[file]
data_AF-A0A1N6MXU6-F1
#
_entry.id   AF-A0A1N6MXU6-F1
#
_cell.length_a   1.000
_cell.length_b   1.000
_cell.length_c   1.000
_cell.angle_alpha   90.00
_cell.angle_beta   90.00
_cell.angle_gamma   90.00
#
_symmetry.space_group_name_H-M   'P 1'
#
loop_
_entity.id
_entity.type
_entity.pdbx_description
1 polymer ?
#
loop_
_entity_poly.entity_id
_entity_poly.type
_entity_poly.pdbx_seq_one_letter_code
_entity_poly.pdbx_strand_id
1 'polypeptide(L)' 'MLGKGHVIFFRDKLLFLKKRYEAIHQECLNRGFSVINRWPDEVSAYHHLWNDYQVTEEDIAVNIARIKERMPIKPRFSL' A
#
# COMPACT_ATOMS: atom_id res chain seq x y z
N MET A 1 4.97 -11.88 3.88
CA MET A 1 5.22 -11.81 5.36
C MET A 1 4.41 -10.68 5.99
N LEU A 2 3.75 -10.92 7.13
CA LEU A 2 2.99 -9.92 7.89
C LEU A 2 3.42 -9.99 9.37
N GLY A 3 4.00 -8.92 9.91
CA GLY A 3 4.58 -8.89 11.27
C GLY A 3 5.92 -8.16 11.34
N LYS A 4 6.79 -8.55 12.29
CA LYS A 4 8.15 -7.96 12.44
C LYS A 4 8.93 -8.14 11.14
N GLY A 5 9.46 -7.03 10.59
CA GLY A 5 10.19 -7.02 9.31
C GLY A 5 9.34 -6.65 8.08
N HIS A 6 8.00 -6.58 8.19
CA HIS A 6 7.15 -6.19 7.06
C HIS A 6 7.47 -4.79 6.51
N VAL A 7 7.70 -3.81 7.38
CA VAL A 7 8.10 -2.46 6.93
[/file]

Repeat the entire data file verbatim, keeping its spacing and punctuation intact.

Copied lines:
data_AF-A0A1N6MXU6-F1
#
_entry.id   AF-A0A1N6MXU6-F1
#
_cell.length_a   1.000
_cell.length_b   1.000
_cell.length_c   1.000
_cell.angle_alpha   90.00
_cell.angle_beta   90.00
_cell.angle_gamma   90.00
#
_symmetry.space_group_name_H-M   'P 1'
#
loop_
_entity.id
_entity.type
_entity.pdbx_description
1 polymer ?
#
loop_
_entity_poly.entity_id
_entity_poly.type
_entity_poly.pdbx_seq_one_letter_code
_entity_poly.pdbx_strand_id
1 'polypeptide(L)' 'MLGKGHVIFFRDKLLFLKKRYEAIHQECLNRGFSVINRWPDEVSAYHHLWNDYQVTEEDIAVNIARIKERMPIKPRFSL' A
#
# COMPACT_ATOMS: atom_id res chain seq x y z
N MET A 1 4.97 -11.88 3.88
CA MET A 1 5.22 -11.81 5.36
C MET A 1 4.41 -10.68 5.99
N LEU A 2 3.75 -10.92 7.13
CA LEU A 2 2.99 -9.92 7.89
C LEU A 2 3.42 -9.99 9.37
N GLY A 3 4.00 -8.92 9.91
CA GLY A 3 4.58 -8.89 11.27
C GLY A 3 5.92 -8.16 11.34
N LYS A 4 6.79 -8.55 12.29
CA LYS A 4 8.15 -7.96 12.44
C LYS A 4 8.93 -8.14 11.14
N GLY A 5 9.46 -7.03 10.59
CA GLY A 5 10.19 -7.02 9.31
C GLY A 5 9.34 -6.65 8.08
N HIS A 6 8.00 -6.58 8.19
CA HIS A 6 7.15 -6.19 7.06
C HIS A 6 7.47 -4.79 6.51
N VAL A 7 7.70 -3.81 7.38
CA VAL A 7 8.10 -2.46 6.93